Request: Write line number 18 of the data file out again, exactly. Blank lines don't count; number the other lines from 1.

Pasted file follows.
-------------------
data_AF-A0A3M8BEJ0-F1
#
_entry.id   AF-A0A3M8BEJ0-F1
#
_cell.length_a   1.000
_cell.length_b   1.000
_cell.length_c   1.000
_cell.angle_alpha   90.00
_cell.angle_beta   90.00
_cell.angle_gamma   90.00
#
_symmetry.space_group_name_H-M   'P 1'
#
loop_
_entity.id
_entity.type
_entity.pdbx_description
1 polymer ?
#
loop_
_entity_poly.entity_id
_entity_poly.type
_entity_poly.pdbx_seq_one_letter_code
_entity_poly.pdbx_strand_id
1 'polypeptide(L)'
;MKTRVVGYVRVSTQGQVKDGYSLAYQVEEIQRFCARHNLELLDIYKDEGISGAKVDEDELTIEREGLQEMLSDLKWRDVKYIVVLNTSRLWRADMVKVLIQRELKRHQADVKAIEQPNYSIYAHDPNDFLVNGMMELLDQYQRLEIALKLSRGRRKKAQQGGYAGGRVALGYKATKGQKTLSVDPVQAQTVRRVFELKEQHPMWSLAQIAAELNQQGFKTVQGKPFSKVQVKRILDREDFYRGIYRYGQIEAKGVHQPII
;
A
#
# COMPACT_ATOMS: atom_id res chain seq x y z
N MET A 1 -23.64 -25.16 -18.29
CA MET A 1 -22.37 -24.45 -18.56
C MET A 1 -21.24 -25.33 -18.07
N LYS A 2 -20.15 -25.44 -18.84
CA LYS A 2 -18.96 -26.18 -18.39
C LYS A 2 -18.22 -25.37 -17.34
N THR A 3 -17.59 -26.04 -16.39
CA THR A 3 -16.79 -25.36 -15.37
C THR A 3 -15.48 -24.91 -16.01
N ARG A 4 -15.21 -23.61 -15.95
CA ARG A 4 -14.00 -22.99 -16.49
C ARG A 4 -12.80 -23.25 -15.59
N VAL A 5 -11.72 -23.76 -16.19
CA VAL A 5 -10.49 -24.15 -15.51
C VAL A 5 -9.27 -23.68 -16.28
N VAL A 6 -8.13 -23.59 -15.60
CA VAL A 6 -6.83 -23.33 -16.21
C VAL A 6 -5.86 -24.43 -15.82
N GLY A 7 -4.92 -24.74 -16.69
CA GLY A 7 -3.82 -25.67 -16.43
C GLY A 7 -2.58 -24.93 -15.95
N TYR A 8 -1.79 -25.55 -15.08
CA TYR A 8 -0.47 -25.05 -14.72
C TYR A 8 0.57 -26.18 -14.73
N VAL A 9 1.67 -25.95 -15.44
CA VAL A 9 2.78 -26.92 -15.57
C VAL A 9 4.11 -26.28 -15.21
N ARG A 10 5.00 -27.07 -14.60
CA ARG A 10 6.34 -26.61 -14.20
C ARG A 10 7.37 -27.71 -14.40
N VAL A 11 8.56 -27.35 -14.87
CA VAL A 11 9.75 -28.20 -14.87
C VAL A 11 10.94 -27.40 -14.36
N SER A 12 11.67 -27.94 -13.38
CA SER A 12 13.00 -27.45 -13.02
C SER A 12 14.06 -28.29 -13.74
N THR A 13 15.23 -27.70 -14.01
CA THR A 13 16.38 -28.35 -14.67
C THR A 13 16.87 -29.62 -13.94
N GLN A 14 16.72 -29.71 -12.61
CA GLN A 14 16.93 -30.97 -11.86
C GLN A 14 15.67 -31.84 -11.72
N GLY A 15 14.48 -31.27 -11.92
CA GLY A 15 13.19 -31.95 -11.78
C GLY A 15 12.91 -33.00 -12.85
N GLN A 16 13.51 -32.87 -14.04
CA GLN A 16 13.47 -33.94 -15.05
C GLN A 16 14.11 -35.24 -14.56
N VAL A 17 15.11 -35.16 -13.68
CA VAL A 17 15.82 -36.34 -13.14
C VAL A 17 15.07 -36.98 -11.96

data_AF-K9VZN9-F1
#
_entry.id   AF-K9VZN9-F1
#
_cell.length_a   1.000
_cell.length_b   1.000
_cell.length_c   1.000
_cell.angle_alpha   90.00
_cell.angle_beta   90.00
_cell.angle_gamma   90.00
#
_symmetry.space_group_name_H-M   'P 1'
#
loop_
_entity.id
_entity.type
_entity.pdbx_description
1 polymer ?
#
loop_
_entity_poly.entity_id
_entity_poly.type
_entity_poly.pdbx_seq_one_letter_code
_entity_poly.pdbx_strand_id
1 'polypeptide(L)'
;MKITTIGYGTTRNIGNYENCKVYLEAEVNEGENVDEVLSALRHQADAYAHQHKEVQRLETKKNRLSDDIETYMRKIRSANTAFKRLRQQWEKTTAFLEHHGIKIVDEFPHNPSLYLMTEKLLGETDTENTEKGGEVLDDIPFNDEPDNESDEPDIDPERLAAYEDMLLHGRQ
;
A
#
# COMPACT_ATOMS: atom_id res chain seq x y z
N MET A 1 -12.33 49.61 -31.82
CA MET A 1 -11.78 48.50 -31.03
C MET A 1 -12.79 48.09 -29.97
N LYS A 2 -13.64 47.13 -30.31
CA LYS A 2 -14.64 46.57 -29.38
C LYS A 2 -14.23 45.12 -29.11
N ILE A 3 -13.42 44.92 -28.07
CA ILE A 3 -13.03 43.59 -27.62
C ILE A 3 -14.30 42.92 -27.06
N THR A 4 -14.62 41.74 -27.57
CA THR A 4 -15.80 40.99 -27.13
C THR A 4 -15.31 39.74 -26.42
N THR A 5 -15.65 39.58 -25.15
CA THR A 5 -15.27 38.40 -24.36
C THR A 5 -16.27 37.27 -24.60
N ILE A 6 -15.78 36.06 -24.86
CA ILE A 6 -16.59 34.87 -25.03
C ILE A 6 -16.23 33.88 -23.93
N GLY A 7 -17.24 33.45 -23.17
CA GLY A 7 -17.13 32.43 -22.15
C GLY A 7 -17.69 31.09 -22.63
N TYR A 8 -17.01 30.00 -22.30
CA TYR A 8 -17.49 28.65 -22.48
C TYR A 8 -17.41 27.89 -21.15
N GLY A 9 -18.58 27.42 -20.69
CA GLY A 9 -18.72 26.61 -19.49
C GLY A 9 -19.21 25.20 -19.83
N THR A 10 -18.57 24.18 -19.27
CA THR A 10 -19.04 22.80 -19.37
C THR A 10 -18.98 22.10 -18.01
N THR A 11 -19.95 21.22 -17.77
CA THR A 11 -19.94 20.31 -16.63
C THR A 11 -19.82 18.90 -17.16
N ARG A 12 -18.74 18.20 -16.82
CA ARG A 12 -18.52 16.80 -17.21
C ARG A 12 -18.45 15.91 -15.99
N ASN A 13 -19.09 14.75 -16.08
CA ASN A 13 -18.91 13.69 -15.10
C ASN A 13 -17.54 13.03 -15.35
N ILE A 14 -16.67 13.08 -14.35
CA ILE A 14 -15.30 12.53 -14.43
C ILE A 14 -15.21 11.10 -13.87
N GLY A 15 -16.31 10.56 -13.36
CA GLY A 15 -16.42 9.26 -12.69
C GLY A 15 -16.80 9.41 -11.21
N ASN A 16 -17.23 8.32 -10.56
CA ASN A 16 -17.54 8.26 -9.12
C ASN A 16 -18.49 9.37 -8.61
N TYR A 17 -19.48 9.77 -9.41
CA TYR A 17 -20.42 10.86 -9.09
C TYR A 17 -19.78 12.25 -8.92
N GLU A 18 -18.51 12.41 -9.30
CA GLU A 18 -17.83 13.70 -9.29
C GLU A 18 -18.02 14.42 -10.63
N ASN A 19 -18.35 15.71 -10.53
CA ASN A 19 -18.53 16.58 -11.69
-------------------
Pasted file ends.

1 polymer ?